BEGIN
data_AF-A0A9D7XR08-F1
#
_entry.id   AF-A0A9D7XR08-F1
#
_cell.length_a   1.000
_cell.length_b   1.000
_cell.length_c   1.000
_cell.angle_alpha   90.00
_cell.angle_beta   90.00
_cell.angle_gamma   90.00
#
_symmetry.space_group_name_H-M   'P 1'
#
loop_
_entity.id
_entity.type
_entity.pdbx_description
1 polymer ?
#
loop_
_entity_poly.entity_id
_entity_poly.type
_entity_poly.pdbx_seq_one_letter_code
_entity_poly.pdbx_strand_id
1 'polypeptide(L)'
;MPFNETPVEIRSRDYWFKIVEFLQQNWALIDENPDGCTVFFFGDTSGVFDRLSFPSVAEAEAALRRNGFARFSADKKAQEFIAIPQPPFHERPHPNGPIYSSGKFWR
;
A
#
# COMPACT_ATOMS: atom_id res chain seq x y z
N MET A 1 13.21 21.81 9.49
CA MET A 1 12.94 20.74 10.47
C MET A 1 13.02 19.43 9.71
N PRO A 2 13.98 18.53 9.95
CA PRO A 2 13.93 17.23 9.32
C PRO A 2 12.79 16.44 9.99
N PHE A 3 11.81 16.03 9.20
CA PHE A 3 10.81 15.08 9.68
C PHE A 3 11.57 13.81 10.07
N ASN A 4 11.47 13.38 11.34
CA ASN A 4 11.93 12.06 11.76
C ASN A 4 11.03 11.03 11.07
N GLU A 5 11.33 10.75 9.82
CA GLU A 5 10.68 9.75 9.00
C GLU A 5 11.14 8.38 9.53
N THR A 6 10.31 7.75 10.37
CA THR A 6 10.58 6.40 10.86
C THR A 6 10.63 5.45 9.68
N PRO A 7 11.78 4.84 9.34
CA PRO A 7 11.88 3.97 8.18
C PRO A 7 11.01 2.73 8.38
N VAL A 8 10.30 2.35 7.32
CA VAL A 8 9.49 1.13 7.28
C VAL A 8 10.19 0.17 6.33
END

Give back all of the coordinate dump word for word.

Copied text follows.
data_AF-A0A9D7XR08-F1
#
_entry.id   AF-A0A9D7XR08-F1
#
_cell.length_a   1.000
_cell.length_b   1.000
_cell.length_c   1.000
_cell.angle_alpha   90.00
_cell.angle_beta   90.00
_cell.angle_gamma   90.00
#
_symmetry.space_group_name_H-M   'P 1'
#
loop_
_entity.id
_entity.type
_entity.pdbx_description
1 polymer ?
#
loop_
_entity_poly.entity_id
_entity_poly.type
_entity_poly.pdbx_seq_one_letter_code
_entity_poly.pdbx_strand_id
1 'polypeptide(L)'
;MPFNETPVEIRSRDYWFKIVEFLQQNWALIDENPDGCTVFFFGDTSGVFDRLSFPSVAEAEAALRRNGFARFSADKKAQEFIAIPQPPFHERPHPNGPIYSSGKFWR
;
A
#
# COMPACT_ATOMS: atom_id res chain seq x y z
N MET A 1 13.21 21.81 9.49
CA MET A 1 12.94 20.74 10.47
C MET A 1 13.02 19.43 9.71
N PRO A 2 13.98 18.53 9.95
CA PRO A 2 13.93 17.23 9.32
C PRO A 2 12.79 16.44 9.99
N PHE A 3 11.81 16.03 9.20
CA PHE A 3 10.81 15.08 9.68
C PHE A 3 11.57 13.81 10.07
N ASN A 4 11.47 13.38 11.34
CA ASN A 4 11.93 12.06 11.76
C ASN A 4 11.03 11.03 11.07
N GLU A 5 11.33 10.75 9.82
CA GLU A 5 10.68 9.75 9.00
C GLU A 5 11.14 8.38 9.53
N THR A 6 10.31 7.75 10.37
CA THR A 6 10.58 6.40 10.86
C THR A 6 10.63 5.45 9.68
N PRO A 7 11.78 4.84 9.34
CA PRO A 7 11.88 3.97 8.18
C PRO A 7 11.01 2.73 8.38
N VAL A 8 10.30 2.35 7.32
CA VAL A 8 9.49 1.13 7.28
C VAL A 8 10.19 0.17 6.33